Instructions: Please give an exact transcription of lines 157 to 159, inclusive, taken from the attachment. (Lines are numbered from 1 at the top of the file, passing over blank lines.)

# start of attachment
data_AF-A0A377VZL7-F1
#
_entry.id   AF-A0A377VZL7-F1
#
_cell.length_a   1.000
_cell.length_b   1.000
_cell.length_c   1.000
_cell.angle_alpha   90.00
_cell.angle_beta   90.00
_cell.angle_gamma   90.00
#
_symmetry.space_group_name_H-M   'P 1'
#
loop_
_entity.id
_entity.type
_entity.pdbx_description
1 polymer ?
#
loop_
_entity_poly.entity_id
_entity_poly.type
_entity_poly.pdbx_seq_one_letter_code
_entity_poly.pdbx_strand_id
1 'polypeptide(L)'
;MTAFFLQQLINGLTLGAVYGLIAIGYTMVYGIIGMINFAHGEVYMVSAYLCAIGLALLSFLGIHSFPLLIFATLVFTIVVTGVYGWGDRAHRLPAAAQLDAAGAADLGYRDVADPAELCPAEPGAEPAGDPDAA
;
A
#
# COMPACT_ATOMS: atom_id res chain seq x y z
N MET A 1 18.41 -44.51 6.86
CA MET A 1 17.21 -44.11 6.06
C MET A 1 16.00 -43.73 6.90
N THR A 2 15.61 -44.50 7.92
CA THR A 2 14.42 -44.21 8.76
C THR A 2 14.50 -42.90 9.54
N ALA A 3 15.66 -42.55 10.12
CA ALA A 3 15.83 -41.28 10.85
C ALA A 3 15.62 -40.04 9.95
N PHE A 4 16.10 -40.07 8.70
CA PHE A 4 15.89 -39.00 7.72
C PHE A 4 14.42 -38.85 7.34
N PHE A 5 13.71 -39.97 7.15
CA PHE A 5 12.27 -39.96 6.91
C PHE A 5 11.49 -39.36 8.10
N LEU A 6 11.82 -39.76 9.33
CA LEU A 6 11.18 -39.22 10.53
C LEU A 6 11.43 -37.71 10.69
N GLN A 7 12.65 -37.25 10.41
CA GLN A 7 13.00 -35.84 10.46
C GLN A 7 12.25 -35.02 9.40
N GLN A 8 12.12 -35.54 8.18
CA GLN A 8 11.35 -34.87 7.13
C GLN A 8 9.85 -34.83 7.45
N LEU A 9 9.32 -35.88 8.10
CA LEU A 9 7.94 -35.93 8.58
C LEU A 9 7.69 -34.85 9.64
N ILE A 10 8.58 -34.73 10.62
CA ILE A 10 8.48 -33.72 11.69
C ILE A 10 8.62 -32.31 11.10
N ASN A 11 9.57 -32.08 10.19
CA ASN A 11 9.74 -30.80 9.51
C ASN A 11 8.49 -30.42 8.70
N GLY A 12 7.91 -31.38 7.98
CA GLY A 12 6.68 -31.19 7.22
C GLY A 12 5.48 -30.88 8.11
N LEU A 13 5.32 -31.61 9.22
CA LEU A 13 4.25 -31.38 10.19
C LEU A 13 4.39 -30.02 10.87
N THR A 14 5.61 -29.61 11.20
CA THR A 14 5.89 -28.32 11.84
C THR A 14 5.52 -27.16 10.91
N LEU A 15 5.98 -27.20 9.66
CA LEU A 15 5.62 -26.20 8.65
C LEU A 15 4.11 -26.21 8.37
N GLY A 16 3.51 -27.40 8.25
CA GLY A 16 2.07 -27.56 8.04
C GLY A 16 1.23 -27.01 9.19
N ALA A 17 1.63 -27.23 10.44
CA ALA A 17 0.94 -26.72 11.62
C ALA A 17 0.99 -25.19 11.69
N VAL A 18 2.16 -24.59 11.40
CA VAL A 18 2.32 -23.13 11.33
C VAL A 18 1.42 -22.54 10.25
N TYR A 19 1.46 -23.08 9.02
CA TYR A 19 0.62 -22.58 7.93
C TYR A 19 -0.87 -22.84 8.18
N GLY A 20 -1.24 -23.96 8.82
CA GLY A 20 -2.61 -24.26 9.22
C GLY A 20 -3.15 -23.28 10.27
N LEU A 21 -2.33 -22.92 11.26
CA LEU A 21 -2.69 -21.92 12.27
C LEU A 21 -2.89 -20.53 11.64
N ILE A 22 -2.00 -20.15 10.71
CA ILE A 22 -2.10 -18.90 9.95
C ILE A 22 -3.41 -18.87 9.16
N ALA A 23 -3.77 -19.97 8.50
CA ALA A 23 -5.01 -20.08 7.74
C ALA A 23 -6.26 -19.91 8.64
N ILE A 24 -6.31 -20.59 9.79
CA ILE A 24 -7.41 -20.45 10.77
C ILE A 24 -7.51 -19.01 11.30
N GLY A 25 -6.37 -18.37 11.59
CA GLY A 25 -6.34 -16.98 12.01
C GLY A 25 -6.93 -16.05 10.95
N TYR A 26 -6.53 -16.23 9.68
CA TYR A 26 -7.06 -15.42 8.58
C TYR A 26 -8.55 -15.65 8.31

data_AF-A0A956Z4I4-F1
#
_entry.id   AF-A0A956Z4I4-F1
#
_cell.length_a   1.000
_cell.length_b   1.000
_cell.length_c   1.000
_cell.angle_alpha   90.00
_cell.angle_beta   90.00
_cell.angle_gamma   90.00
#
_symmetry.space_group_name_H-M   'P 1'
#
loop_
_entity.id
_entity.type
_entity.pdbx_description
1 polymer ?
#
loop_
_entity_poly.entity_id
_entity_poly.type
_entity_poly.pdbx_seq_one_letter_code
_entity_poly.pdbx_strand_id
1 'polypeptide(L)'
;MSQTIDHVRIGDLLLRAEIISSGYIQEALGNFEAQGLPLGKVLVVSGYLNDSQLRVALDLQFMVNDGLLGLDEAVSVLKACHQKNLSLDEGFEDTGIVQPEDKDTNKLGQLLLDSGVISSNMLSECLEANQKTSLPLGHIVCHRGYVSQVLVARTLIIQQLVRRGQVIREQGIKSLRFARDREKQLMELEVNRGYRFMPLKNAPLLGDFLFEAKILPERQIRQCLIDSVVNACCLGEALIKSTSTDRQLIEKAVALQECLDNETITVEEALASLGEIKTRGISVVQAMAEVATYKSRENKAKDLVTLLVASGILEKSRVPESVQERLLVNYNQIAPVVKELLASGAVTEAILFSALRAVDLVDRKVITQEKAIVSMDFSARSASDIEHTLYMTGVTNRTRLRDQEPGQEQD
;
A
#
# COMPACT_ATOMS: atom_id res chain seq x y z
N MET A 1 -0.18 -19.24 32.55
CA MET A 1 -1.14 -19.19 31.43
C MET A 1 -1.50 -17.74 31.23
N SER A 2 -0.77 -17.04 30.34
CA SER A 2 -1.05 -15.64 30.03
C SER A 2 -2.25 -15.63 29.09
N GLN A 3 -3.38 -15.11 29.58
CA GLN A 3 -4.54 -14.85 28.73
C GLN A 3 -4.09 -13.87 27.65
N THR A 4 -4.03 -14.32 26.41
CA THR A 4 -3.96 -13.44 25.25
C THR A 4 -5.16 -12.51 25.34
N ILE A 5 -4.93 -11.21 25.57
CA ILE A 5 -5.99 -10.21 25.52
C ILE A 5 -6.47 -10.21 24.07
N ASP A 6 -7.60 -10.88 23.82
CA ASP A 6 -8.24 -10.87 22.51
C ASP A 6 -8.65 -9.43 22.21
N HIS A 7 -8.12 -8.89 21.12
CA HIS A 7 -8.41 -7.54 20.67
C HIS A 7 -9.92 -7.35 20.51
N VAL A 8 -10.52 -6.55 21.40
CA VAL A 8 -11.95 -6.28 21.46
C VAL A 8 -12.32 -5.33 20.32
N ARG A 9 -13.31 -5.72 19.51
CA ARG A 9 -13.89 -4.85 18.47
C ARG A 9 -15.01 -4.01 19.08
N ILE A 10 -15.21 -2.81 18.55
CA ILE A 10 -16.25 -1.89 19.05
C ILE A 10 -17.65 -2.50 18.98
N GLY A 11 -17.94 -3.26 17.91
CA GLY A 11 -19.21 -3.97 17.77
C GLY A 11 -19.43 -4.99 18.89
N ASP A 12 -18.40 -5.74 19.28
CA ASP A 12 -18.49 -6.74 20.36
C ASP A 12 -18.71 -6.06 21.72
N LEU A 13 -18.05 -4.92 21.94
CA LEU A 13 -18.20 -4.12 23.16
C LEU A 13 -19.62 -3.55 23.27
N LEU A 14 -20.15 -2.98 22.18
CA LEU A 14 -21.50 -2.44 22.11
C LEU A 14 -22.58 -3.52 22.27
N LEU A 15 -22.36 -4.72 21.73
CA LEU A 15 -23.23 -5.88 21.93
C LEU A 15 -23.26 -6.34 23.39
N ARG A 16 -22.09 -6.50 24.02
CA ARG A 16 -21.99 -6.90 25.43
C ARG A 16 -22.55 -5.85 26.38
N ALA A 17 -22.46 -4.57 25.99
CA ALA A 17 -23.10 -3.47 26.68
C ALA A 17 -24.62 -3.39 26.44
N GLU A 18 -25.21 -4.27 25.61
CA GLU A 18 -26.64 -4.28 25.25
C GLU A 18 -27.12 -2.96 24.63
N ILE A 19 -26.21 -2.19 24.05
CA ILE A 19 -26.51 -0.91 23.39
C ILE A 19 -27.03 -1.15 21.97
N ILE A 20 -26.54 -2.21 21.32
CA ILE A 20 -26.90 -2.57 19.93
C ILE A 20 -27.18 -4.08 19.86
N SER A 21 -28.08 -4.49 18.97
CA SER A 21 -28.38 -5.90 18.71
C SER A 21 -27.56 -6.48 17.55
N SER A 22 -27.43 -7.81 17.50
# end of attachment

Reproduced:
N HIS A 7 -8.12 -8.89 21.12
CA HIS A 7 -8.41 -7.54 20.67
C HIS A 7 -9.92 -7.35 20.51